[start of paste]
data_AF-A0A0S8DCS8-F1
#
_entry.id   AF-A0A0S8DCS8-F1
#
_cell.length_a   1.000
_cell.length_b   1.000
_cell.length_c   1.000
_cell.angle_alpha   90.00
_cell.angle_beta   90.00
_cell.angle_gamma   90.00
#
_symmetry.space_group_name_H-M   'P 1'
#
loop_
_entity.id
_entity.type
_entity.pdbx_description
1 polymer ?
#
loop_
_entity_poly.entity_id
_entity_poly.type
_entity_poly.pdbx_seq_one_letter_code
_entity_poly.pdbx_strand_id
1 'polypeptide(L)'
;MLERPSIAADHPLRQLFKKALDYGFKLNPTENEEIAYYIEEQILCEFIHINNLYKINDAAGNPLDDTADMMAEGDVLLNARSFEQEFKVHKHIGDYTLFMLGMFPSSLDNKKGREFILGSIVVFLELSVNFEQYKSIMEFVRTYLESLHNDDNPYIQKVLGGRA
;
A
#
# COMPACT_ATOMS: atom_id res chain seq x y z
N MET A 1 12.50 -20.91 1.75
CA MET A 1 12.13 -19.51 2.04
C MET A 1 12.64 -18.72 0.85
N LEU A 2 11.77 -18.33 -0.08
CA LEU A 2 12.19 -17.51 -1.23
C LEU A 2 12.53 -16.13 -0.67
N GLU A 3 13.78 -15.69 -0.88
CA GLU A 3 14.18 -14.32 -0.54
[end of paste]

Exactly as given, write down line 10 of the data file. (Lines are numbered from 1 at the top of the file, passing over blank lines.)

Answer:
_cell.angle_gamma   90.00